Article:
# Class of All Ordinals is Ordinal

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## Theorem

The class of all ordinals $\On$ is an ordinal.

## Proof

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The epsilon relation is equivalent to the strict subset relation when restricted to ordinals by Transitive Set is Proper Subset of Ordinal iff Element of Ordinal.

It follows that:

- $\forall x \in \On: x \subset \On$

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The initial segment of the class of all ordinals is:

- $\set {x \in \On : x \subset \On}$

This article, or a section of it, needs explaining.In particular: What is meant by $\subset$ here: $\subseteq$ or $\subsetneqq$? Sorry, but "makes no sense" is a bit strong: "initial segment" has been defined on $\mathsf{Pr} \infty \mathsf{fWiki}$ in the context of a well-ordered set, but the term makes perfect sense if defined in the context of a class. You can help $\mathsf{Pr} \infty \mathsf{fWiki}$ by explaining it.To discuss this page in more detail, feel free to use the talk page.When this work has been completed, you may remove this instance of `{{Explain}}` from the code. |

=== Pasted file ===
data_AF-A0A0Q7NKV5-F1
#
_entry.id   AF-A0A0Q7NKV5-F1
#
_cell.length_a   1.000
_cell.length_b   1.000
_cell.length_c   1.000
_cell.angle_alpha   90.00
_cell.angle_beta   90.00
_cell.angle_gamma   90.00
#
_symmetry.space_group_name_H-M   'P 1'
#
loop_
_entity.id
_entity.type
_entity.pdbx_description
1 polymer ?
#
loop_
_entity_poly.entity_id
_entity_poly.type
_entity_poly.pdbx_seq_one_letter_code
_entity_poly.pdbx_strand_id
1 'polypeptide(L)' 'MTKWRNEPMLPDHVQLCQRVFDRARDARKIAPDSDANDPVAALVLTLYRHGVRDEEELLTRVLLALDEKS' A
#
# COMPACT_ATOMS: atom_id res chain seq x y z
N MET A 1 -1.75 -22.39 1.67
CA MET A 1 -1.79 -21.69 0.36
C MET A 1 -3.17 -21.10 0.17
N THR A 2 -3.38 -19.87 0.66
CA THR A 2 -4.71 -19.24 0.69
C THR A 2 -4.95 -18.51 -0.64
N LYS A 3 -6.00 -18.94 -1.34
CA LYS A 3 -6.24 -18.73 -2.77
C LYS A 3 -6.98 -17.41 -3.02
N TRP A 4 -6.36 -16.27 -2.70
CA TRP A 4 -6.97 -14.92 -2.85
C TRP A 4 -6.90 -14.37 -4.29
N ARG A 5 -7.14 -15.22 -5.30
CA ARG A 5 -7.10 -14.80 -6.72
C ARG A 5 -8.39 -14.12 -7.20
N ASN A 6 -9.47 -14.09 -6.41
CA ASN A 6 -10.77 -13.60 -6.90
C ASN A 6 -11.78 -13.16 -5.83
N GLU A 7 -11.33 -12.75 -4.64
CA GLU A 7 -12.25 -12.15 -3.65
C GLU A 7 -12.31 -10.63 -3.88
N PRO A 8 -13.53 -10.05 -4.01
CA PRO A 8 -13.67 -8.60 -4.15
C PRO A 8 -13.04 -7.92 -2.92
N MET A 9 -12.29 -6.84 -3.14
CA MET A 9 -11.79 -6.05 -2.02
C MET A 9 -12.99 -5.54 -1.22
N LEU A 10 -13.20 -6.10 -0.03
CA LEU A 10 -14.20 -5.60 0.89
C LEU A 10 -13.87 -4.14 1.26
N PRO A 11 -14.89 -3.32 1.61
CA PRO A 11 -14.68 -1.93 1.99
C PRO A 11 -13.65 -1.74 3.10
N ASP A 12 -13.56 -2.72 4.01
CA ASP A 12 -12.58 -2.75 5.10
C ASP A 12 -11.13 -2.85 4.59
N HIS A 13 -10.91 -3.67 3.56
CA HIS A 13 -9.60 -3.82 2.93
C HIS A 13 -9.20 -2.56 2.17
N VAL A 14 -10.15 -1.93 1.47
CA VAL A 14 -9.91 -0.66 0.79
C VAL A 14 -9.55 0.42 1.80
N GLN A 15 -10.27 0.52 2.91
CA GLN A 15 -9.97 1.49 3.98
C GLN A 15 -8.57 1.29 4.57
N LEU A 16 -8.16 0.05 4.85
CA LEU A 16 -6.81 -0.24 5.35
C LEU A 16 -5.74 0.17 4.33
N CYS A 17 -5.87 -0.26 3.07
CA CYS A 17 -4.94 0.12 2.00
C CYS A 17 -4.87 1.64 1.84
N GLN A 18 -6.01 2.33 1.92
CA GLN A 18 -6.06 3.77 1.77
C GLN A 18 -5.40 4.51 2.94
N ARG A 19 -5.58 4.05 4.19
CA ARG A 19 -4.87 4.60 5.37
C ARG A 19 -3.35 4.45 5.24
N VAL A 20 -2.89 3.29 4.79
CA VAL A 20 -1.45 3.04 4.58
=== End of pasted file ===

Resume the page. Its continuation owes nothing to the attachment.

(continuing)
Therefore, by the definition of ordinal, $\On$ is an ordinal.

$\blacksquare$

## Sources

- 1971: Gaisi Takeuti and Wilson M. Zaring:
*Introduction to Axiomatic Set Theory*: $7.12$